flag Brunei Brunei: Panorama econòmic

Economic Indicators

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The Sultanate of Brunei is the third largest oil producer in Asia and the fourth largest exporter of liquefied natural gas. Crude oil and natural gas production account for over 50% of the country's GDP and virtually all of its exports, thus Brunei has suffered the brunt of the drop in the price of hydrocarbons in recent years and is benefiting fom the current trent. The private sector remains underdeveloped (3% of GDP); most companies are SMEs (in the textiles, furniture, food sectors). As a result, the country is a large importer. Economic growth reached 1.1% in 2020, on the back of a modest recovery in global oil and gas prices, decreasing to -1.6% in 2021 due to the COVID-19 pandemic, and then coming back at +1.2% in 2022 (IMF, 2023). According to the updated IMF forecasts GDP growth is expected to reach 3.3% in 2023 and 3.2% in 2024, subject to the post-pandemic global economic recovery.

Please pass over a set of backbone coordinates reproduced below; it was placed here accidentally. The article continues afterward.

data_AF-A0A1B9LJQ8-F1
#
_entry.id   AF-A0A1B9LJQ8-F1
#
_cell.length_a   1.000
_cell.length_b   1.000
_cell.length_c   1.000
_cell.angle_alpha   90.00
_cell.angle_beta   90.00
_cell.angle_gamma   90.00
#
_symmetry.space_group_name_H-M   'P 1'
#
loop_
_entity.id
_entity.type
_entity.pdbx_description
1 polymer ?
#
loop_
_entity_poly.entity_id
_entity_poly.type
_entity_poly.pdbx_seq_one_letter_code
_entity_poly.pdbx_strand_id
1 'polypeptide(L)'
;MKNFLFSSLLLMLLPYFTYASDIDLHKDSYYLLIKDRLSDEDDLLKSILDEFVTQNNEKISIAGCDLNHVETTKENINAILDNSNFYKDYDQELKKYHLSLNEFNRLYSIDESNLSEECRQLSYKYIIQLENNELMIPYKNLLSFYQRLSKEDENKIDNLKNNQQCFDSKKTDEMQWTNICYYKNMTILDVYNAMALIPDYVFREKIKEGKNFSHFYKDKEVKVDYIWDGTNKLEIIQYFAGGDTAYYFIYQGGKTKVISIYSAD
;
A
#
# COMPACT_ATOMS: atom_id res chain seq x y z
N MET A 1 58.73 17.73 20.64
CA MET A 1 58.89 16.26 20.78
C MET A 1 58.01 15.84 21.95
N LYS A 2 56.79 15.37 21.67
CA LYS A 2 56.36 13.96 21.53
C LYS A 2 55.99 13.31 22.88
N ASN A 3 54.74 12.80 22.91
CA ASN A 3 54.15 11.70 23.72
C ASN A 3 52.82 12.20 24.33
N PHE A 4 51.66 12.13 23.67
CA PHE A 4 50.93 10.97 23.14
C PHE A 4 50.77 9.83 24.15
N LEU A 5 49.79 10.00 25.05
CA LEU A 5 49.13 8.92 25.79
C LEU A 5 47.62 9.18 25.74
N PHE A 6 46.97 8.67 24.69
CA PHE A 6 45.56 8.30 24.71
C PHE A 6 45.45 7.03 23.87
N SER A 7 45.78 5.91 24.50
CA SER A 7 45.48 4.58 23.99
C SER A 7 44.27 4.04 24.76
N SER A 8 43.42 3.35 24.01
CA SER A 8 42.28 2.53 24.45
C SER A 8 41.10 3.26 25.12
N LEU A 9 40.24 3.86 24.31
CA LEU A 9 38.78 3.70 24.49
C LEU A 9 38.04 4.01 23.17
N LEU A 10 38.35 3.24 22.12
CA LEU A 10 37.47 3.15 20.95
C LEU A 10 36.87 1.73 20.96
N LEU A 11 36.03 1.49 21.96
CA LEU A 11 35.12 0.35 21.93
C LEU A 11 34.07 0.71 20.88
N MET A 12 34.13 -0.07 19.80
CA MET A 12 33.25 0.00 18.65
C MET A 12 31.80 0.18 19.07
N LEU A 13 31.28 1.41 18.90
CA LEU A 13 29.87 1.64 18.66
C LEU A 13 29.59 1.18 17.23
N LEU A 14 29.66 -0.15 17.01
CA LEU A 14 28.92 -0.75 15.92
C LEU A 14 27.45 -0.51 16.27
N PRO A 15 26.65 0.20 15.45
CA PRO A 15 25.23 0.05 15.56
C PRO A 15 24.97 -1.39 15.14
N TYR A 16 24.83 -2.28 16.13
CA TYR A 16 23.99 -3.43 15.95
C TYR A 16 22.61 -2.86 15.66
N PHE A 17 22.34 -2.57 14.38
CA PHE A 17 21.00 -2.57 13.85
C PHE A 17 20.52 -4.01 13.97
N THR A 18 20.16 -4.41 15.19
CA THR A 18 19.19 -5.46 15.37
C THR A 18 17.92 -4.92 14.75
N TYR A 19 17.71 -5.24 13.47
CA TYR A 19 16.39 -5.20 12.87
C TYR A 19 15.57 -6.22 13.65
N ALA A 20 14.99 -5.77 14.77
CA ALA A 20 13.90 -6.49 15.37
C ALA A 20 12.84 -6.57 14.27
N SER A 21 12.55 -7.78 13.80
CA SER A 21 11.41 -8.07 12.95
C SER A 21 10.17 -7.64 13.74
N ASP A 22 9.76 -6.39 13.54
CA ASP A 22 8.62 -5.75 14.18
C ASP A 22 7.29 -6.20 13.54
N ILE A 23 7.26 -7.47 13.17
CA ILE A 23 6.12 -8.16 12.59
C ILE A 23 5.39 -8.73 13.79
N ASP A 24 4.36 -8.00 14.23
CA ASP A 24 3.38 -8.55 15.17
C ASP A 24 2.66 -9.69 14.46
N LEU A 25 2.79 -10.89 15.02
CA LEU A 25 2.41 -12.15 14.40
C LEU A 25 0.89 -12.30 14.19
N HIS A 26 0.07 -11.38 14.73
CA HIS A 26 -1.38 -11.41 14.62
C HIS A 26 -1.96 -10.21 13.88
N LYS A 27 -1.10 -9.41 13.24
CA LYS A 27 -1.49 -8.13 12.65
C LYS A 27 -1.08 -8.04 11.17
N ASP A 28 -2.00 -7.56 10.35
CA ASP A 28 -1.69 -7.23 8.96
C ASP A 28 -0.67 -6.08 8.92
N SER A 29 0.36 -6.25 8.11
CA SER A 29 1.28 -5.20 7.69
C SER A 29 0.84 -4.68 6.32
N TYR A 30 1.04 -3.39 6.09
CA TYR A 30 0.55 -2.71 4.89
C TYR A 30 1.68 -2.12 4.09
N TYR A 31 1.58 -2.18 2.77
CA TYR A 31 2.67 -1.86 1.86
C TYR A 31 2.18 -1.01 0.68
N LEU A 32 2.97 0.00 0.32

Brunei current account surplus reached 2.07 billion USD in 2022 and should decrease to 1.74 billion USD in 2023, before climbing bacl to 2.05 billion USD in 2024.The country’s debt-to-GDP ratio remains extremely low, at 2.06% in 2022 (Statista, 2023). Despite recent global inflationary tendencies, Brunei's prices continue to be highly stable, with an annual average inflation rate of 2.5% in 2022, and is projected to decrease to 2% in 2023 and 1.5% in 2024 (World Economic Outlook IMF, 2023). The Sultan of Brunei, Hassanal Bolkiah, has been reigning since 1968. Though he appears to enjoy popularity amongst his population, the decision to apply the Islamic Sharia law in the country has caused some criticism. The State is now supporting small and micro businesses as well as the training of the population to achieve economic growth. There have also been significant investments in the field of education. With the Sharia Law, Islamic banks are growing rapidly in the country. Given that energy reserves are becoming depleted, the Government has been pursuing a policy of economic diversification, speeding up investments in the manufacturing and the service sectors; however, these efforts have so far produced mixed results. To stimulate growth, the Government has increased development expenditure, by launching a high-voltage transmission line project between Malaysia and Brunei and developing an international airport. Emphasis has also been placed on banking supervision and financial reforms.